6 Benefits of Starting Readers Young
Memories formed during our childhood are some of our most treasured because we’ve carried them with us for so many years. Many of us remember a childhood full of moments spent reading and exploring new places only books could take us.
As adults, we have the perspective to see that those moments of whimsy and excitement weren’t just happy memories, but defining moments in our growth.
The hours we spent getting lost in a story not only created a foundation for our education, but made us more innovative, dedicated, imaginative, and wise individuals.
It’s clearer in adulthood that a childhood full of promise starts with a book. And the earlier we start reading to or with our children, the better equipped they will be for their school careers and all of the adventure that comes after.
Here are a few of the most exciting benefits for young readers:
1. Starting readers young ignites imagination.
One second you’re thumbing through a book, and the next, you’re swept into a vibrant new world! Perhaps you’re trekking through lush rainforest, scoring the winning goal, or finally standing up to the bully. So what allows a reader to get lost in a book versus simply reading it? The key is imagination.
Cracking open a book allows young readers to fire up their imagination muscles and suspend reality for a bit. The earlier children begin reading and exploring these new worlds, the easier it becomes to create them for themselves.
Children fluent in imagination are more independent and free-thinking as they are able to keep themselves entertained with little assistance. Not only do these skills make for a more whimsical childhood, but more productive adulthood. With kindled imaginations, today’s young readers can become tomorrow’s creative leaders.
2. Starting readers young enhances communication.
From infancy, children are learning how to translate their needs, discomforts, and desires to us.
One of the most dramatic benefits of starting readers young is the improvement in communication. Reading aloud or with a young child expands their vocabulary by exposing them to words they may not be familiar with. A study from Ohio State University says that, “Young children whose parents read them five books a day enter kindergarten having heard about 1.4 million more words than kids who were never read to.” By establishing a growing tool kit of words, young readers are better equipped to articulate with others on a daily basis.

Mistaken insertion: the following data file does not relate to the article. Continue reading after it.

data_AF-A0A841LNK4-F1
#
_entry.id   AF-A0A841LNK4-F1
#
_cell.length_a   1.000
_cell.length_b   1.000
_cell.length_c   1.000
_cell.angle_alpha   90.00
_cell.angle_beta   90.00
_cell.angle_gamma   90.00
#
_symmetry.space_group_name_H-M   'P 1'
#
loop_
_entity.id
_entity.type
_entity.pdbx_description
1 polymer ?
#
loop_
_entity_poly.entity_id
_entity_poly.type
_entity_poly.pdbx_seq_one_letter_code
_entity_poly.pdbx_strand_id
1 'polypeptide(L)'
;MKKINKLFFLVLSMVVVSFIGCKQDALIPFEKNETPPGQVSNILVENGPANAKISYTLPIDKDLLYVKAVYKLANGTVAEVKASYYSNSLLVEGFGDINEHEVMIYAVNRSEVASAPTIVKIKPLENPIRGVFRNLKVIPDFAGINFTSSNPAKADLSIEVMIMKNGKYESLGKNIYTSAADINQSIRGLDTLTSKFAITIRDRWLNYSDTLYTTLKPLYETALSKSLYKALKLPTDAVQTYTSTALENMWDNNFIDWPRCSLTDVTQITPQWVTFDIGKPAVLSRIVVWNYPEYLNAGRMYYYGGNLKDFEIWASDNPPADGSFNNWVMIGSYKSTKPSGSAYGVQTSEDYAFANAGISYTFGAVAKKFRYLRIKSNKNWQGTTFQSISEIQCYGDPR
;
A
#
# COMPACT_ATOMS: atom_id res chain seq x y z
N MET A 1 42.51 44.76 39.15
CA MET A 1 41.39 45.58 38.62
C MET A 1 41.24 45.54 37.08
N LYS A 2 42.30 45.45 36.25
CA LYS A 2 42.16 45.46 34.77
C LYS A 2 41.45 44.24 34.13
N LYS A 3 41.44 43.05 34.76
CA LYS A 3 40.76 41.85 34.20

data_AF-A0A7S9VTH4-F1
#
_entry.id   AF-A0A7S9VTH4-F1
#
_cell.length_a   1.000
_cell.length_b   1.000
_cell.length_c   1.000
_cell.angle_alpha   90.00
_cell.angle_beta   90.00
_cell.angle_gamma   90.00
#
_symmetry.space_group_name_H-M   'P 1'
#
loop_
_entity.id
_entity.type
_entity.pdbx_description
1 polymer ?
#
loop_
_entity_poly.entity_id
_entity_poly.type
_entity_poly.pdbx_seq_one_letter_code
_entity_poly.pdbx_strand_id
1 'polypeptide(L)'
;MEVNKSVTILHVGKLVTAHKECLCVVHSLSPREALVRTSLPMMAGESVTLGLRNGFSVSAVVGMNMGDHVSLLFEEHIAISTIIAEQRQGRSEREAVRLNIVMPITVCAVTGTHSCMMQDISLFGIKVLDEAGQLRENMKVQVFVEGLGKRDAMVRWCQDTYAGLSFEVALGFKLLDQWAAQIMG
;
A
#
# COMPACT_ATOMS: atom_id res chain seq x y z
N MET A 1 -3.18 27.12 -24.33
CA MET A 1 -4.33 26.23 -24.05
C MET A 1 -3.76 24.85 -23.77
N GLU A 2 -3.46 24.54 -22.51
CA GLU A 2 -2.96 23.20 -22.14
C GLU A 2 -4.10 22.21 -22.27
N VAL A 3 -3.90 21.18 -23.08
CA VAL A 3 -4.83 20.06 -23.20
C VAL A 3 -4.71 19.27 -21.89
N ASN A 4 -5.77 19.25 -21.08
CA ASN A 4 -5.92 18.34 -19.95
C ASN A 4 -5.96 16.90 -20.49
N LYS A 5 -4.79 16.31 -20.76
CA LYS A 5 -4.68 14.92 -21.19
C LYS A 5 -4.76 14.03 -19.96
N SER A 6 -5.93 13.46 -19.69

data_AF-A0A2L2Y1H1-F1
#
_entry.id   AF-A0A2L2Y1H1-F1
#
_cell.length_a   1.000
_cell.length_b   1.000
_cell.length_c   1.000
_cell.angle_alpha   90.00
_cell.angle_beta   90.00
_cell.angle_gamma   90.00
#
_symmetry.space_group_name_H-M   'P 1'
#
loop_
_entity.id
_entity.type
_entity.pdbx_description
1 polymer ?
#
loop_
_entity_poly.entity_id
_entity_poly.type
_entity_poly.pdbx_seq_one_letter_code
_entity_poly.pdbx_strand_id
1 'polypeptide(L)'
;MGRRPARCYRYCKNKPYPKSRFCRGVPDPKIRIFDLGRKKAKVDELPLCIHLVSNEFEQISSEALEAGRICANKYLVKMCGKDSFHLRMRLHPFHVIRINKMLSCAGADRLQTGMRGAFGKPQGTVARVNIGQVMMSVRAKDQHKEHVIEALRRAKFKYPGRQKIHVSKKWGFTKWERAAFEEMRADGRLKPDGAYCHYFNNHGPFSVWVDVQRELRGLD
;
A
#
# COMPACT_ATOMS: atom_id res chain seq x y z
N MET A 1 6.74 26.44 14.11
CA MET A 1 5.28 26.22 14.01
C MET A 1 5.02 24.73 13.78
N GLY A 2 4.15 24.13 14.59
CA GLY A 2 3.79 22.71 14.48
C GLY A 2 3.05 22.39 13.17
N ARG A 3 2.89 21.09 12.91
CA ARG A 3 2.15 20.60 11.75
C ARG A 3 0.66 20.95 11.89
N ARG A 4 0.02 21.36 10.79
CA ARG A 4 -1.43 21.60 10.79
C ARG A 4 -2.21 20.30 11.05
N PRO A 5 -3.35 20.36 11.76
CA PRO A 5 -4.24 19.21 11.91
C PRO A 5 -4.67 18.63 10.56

Familiarizing children with new stories also teaches them appropriate ways to handle social situations. Whether it’s reading a story with a conversation between a mother and son, an argument between friends, or a character ordering lunch at a cafe, books can give young kids insight into how to converse kindly and effectively.
3. Starting readers young inspires self-confidence.
As many of us remember, being a child came with its share of difficulties. Not only are you the smallest around, but a lack of knowledge and experience could make you feel even smaller. Reading to young children is a great way to build a foundation of self-confidence early.
Celebrate their small victories, from reading their first few words, to tackling their first full page, to finishing a first storybook cover to cover. When a child begins to approach literacy, they not only become proud of their own accomplishments, but more confident walking into school. Learning to read is no small feat, but the younger they begin, the quicker they improve, and the more confident they become in their ability to do hard things!
4. Starting readers young elongates attention spans.
In a world where instant gratification is more common than ever, children’s attention spans continue to shrink.
Longer attention spans allow us to indulge in deeper and distraction-free conversations, effectively improving our relationships. It allows us to master patience and keep our daily stress levels low. One of the best ways to ensure a healthy attention span for youth today is an early introduction to reading. Neuroscientist scientist Susan Greenfield agrees, and even emphasizes the importance of sharpening this skill early as the young brain contains more plasticity.
At first, it can be tricky getting a young child to concentrate on a book for a period of time. However, by implementing reading into their day-to-day schedule, and choosing books with intriguing chartered – and storylines – it may become trickier to pull your child away from a read!
5. Starting readers young unleashes understanding.
Reading heightens our understanding of the world around us. Not every family has the ability to travel the world but reading can fill in the blanks: children can see new faces, experience rich cultures and embark on daring adventures. It gives children the luxury and benefits of those experiences without ever leaving home.
By widening their world view at a young age, your child gains important insight to the world they live in. It also increases emotional understanding, enabling them to better learn how to identify, process, and deal with emotions when they arise.
6. Starting readers young unlocks educational opportunities.
People who read achieve better educational success, improve their earning potential, and lead healthier, happier lives. Reading is the core to education, and when it’s prioritized at a young age, more doors are opened and more opportunities for growth arise.
Those who struggle with reading, often face obstacles throughout their educational career. Research from the Casey Foundation shows that children who aren’t reading at grade level by the end of third grade are four times as likely to drop out of high school.
By starting your child reading early, they’ll likely experience less stress as they navigate the first few years of school, which can foster a life-long love of education and books.
Start reading with your child on our BookSmart app today.